Barking, bleating, and bared teeth increase this month along the Pacific Coast Highway in San Simeon as mature male elephant seals at Piedras Blancas beach emerge from the ocean to spar for rights to the water and female counterparts in their annual pre-breeding ritual. Travelers can get an eyeful -- and earful -- of the sea-dwelling mammals' machismo as they take to the cove for the final time this year before swimming back to open waters, where they will stay til the spring.
Located just north of Hearst Castle, Piedras Blancas is estimated to be home to more than 17,000 elephant seals who arrive at the rookery at year's end to breed and give birth. Juvenile males arrive in October and spend the month practicing their fighting techniques in anticipation of the adult males' arrival in November, though they tend to be no match for the adults, who can weigh as much as 5,000 pounds. Once juveniles have moved on to other sand, accepting defeat sometimes before a battle even breaks out, the adult males are left to war with each other, rearing back, slamming their bodies, and squalling for dominance, often all day long.
While the conflicts provide autumnal visitors an up-close-and-personal experience with these once nearly extinct animals, the outcomes are sometimes bloody or even fatal for the seals. (Humans and their pets are encouraged to stay behind the beach's fencing for their own safety. Posted signs remind sightseers that, among other dangerous attributes, the seals are "faster than you think.") Adult males will remain at the beach until almost the end of January, when they will migrate out to sea.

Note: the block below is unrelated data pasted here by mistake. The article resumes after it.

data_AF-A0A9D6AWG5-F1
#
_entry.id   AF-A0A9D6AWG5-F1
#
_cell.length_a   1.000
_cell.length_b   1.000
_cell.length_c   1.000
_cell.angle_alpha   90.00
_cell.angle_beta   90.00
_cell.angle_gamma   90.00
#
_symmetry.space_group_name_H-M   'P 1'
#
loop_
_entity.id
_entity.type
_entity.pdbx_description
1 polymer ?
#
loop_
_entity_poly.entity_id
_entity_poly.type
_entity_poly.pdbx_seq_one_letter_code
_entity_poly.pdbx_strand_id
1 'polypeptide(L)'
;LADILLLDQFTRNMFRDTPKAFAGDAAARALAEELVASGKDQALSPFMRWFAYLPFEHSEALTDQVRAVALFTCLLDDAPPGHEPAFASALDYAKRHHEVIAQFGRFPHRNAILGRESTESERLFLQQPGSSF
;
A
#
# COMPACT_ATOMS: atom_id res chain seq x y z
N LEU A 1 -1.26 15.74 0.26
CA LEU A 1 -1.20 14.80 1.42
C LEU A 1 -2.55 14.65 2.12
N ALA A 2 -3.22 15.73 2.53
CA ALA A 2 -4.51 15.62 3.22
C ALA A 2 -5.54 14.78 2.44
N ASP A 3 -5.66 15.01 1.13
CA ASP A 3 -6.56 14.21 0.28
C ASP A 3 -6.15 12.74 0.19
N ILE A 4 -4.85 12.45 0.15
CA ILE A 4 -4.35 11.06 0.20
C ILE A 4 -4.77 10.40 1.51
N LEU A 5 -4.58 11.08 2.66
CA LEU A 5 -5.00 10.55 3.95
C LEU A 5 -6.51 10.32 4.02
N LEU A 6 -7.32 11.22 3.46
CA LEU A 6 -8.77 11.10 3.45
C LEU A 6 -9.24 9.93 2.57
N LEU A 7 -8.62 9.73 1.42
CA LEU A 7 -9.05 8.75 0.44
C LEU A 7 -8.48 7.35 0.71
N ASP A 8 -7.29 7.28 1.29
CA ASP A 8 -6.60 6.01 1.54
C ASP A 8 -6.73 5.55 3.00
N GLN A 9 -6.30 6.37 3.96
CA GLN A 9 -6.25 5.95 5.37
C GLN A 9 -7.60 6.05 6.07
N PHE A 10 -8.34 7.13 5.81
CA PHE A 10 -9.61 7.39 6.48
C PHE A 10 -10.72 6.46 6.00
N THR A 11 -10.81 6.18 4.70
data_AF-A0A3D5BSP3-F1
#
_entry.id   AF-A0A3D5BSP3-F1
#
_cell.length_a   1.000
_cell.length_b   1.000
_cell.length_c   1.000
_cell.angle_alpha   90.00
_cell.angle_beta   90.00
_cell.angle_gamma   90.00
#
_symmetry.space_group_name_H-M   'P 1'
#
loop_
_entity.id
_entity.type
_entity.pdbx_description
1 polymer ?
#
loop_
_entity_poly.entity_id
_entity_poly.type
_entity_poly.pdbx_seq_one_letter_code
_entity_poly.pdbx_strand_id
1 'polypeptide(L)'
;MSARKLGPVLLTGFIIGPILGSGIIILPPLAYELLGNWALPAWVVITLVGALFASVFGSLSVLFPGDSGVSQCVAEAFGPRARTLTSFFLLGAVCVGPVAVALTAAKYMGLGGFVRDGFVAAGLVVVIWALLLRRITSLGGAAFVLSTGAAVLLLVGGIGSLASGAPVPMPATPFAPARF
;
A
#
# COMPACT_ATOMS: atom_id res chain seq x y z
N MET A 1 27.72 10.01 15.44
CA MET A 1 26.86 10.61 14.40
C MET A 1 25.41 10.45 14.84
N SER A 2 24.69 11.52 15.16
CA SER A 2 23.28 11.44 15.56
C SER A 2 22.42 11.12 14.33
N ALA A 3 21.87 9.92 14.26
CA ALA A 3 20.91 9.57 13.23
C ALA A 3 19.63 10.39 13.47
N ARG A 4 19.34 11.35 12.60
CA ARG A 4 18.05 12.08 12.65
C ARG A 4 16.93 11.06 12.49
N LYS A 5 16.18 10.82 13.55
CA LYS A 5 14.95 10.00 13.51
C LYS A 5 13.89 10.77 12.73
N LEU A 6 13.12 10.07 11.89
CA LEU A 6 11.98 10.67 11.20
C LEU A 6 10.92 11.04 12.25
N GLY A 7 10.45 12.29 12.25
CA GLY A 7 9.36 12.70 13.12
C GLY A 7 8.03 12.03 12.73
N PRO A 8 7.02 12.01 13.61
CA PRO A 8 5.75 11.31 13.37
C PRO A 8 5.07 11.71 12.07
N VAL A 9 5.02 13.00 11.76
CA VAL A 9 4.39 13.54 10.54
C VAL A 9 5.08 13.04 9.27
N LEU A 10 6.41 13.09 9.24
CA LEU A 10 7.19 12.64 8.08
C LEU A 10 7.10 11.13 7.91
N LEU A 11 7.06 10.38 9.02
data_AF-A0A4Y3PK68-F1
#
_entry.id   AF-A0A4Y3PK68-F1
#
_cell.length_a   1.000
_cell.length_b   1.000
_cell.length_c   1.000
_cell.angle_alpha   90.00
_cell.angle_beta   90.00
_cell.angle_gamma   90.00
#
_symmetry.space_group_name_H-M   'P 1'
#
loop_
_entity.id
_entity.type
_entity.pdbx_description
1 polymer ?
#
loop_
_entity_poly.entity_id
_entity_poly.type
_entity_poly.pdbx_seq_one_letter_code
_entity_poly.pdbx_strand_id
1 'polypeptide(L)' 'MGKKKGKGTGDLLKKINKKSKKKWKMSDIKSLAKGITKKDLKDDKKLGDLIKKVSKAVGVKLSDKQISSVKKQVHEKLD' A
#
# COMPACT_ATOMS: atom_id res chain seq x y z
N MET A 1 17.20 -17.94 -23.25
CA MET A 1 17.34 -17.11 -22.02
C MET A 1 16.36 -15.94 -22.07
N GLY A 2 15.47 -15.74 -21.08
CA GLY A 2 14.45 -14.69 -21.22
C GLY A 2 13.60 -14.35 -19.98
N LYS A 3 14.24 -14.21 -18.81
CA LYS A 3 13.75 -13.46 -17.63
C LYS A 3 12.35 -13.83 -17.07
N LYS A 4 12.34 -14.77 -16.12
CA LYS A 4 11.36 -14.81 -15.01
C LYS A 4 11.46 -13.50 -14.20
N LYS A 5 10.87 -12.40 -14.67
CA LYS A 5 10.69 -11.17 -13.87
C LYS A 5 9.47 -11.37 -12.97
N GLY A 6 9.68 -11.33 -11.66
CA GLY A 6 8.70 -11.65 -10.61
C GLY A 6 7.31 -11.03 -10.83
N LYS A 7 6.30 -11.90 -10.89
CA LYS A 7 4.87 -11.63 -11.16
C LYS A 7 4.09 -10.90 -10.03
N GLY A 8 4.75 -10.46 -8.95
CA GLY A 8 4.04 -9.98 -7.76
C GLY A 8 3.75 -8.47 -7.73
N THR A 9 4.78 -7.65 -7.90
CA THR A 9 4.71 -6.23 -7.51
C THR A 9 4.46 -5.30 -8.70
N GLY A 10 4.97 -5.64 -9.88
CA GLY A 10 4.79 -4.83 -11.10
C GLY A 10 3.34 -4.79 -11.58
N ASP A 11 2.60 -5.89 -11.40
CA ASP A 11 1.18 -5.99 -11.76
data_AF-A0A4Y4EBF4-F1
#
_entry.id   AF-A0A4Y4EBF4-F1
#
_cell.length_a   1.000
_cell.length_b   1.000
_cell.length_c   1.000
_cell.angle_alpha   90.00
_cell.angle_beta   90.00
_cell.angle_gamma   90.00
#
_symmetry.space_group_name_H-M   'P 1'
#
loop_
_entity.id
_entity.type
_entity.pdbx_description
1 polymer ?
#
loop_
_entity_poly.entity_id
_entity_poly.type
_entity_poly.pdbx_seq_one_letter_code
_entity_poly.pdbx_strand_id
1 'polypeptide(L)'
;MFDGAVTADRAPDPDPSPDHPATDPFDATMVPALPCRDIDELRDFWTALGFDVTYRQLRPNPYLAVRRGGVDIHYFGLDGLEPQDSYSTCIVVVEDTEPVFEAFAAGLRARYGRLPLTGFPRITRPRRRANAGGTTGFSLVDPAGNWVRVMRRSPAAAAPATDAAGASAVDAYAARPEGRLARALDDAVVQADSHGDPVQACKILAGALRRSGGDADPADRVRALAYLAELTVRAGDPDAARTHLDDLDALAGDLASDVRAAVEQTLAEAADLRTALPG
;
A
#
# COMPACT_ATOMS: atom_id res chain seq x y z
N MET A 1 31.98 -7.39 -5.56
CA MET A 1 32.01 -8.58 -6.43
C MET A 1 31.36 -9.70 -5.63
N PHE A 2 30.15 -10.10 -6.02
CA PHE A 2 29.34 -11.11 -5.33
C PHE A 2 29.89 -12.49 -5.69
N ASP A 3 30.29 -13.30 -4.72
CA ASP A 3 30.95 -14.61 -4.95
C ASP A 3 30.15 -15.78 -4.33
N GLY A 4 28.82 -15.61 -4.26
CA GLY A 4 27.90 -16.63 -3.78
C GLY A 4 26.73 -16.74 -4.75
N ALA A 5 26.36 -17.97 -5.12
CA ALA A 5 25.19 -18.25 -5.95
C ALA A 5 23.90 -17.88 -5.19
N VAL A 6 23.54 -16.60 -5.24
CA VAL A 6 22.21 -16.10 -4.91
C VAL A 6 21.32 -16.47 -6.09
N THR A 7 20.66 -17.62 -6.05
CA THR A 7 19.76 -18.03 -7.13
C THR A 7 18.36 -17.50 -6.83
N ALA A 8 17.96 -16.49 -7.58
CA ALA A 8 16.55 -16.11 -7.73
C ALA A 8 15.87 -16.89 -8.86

Females begin arriving in December. The adult seals breed, and pregnant females give birth to the pups from last year's breeding, starting in the middle of the month through the middle of February. By spring, the females will have returned to the ocean, leaving their pups behind and making way for the return of the juveniles.
While juveniles make occasional appearances on the beach throughout the year, breeding/birthing season is one of only two times adult elephant seals reside on the beach. The seals also return when they make their annual molt, usually late spring and through the summer.
Part of Hearst San Simeon State Park, the Piedras Blancas colony of elephant seals was first documented in 1990 with a population of about two dozen. Two years and about four hundred seals later, the first pup was born, and the area is now thought to be home to around ten percent of all elephant seals.